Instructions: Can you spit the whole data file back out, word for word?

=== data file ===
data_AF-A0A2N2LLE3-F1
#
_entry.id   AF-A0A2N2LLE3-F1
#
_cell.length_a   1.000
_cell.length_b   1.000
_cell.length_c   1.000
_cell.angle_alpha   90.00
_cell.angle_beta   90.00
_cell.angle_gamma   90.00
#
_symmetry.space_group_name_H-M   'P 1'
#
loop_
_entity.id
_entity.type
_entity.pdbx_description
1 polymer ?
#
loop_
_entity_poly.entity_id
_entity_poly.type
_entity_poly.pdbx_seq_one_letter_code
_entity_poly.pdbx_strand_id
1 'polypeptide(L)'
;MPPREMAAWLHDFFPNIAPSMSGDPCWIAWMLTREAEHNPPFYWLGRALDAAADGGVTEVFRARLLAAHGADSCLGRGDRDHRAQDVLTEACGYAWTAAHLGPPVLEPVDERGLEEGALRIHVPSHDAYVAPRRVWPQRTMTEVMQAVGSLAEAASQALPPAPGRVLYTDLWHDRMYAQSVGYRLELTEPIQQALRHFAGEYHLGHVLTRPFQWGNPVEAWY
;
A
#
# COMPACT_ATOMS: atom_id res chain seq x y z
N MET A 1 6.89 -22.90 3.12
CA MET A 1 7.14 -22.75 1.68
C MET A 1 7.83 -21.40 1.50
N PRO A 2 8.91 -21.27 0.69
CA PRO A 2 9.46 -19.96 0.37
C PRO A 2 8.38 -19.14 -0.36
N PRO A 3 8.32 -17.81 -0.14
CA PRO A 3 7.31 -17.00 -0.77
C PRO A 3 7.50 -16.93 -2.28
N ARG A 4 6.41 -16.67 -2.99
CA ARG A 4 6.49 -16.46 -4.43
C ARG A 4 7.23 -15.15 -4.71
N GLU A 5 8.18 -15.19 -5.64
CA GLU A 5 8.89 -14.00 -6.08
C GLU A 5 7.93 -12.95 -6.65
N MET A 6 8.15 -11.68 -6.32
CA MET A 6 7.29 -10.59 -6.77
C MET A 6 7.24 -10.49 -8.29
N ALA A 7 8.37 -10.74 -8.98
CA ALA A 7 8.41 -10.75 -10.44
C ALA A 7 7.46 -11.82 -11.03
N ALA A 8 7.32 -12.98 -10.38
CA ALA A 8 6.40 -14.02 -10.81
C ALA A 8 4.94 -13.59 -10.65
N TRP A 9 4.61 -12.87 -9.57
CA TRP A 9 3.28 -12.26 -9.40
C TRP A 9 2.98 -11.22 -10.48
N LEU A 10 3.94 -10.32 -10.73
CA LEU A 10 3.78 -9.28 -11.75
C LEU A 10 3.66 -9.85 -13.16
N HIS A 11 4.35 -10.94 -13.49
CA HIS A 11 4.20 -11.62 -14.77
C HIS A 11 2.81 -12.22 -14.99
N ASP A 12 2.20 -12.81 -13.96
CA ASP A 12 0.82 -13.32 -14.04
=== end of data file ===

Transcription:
data_AF-A0A2N2LLE3-F1
#
_entry.id   AF-A0A2N2LLE3-F1
#
_cell.length_a   1.000
_cell.length_b   1.000
_cell.length_c   1.000
_cell.angle_alpha   90.00
_cell.angle_beta   90.00
_cell.angle_gamma   90.00
#
_symmetry.space_group_name_H-M   'P 1'
#
loop_
_entity.id
_entity.type
_entity.pdbx_description
1 polymer ?
#
loop_
_entity_poly.entity_id
_entity_poly.type
_entity_poly.pdbx_seq_one_letter_code
_entity_poly.pdbx_strand_id
1 'polypeptide(L)'
;MPPREMAAWLHDFFPNIAPSMSGDPCWIAWMLTREAEHNPPFYWLGRALDAAADGGVTEVFRARLLAAHGADSCLGRGDRDHRAQDVLTEACGYAWTAAHLGPPVLEPVDERGLEEGALRIHVPSHDAYVAPRRVWPQRTMTEVMQAVGSLAEAASQALPPAPGRVLYTDLWHDRMYAQSVGYRLELTEPIQQALRHFAGEYHLGHVLTRPFQWGNPVEAWY
;
A
#
# COMPACT_ATOMS: atom_id res chain seq x y z
N MET A 1 6.89 -22.90 3.12
CA MET A 1 7.14 -22.75 1.68
C MET A 1 7.83 -21.40 1.50
N PRO A 2 8.91 -21.27 0.69
CA PRO A 2 9.46 -19.96 0.37
C PRO A 2 8.38 -19.14 -0.36
N PRO A 3 8.32 -17.81 -0.14
CA PRO A 3 7.31 -17.00 -0.77
C PRO A 3 7.50 -16.93 -2.28
N ARG A 4 6.41 -16.67 -2.99
CA ARG A 4 6.49 -16.46 -4.43
C ARG A 4 7.23 -15.15 -4.71
N GLU A 5 8.18 -15.19 -5.64
CA GLU A 5 8.89 -14.00 -6.08
C GLU A 5 7.93 -12.95 -6.65
N MET A 6 8.15 -11.68 -6.32
CA MET A 6 7.29 -10.59 -6.77
C MET A 6 7.24 -10.49 -8.29
N ALA A 7 8.37 -10.74 -8.98
CA ALA A 7 8.41 -10.75 -10.44
C ALA A 7 7.46 -11.82 -11.03
N ALA A 8 7.32 -12.98 -10.38
CA ALA A 8 6.40 -14.02 -10.81
C ALA A 8 4.94 -13.59 -10.65
N TRP A 9 4.61 -12.87 -9.57
CA TRP A 9 3.28 -12.26 -9.40
C TRP A 9 2.98 -11.22 -10.48
N LEU A 10 3.94 -10.32 -10.73
CA LEU A 10 3.78 -9.28 -11.75
C LEU A 10 3.66 -9.85 -13.16
N HIS A 11 4.35 -10.94 -13.49
CA HIS A 11 4.20 -11.62 -14.77
C HIS A 11 2.81 -12.22 -14.99
N ASP A 12 2.20 -12.81 -13.96
CA ASP A 12 0.82 -13.32 -14.04